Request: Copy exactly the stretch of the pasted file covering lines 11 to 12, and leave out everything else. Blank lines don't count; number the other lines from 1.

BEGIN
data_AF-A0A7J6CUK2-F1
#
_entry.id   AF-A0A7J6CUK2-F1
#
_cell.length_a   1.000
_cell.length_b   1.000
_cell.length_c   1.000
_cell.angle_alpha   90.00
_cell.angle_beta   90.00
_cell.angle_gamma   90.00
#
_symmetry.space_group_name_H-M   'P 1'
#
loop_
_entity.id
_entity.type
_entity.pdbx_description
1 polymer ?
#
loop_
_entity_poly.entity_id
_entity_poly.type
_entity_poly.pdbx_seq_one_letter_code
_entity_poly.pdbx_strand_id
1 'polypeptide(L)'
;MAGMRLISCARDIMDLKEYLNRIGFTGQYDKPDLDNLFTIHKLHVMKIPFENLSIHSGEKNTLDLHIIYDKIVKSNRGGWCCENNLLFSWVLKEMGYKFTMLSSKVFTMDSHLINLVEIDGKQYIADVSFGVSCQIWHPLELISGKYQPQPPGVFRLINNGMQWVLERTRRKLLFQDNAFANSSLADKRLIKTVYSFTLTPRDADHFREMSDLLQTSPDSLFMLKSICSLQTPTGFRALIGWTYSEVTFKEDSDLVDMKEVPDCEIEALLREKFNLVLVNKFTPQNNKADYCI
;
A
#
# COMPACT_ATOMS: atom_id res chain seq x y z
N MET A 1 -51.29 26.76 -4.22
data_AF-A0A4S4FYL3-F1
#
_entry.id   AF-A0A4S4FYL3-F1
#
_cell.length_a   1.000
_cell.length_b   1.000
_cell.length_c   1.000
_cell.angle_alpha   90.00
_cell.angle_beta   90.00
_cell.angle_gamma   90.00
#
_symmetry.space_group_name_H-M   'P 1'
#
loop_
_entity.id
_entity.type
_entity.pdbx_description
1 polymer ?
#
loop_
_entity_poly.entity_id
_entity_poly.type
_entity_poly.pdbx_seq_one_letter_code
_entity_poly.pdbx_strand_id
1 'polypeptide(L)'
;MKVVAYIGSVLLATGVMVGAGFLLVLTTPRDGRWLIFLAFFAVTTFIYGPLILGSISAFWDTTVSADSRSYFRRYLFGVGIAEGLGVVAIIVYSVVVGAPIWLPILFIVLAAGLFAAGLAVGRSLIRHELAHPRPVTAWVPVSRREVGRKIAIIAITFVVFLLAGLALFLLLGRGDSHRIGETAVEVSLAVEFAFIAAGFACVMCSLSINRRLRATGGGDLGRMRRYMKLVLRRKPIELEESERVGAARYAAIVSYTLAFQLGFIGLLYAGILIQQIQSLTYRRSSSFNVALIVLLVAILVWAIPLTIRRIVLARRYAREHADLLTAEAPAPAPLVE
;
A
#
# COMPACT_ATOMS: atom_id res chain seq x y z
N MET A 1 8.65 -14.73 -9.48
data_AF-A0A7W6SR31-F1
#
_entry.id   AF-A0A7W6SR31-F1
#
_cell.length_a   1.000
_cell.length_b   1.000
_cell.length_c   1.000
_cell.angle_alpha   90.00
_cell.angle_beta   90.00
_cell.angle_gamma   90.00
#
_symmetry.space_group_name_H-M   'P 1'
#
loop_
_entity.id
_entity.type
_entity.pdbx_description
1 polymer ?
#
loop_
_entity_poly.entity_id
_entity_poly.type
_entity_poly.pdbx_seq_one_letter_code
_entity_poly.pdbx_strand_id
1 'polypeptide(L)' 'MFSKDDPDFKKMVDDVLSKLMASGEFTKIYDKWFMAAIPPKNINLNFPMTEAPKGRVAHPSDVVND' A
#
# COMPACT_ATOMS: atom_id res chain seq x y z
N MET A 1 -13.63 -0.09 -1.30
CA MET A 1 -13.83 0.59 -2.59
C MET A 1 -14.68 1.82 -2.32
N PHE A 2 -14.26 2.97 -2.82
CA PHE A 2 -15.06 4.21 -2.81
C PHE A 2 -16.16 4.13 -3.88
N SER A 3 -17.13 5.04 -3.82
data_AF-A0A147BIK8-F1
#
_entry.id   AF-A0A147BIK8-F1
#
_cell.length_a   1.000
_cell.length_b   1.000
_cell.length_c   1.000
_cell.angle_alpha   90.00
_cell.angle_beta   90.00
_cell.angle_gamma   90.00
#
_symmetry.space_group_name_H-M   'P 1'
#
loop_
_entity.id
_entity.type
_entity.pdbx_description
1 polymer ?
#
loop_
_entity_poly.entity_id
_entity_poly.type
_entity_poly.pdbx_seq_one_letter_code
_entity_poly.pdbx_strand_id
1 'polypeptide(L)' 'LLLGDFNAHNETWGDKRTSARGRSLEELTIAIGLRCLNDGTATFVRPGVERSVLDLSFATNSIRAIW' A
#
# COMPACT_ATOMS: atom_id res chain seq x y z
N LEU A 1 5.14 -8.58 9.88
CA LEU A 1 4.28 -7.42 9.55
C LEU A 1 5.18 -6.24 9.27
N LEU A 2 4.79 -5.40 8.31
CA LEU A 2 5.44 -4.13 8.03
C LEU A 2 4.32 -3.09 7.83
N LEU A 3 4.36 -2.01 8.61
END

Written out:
#
_symmetry.space_group_name_H-M   'P 1'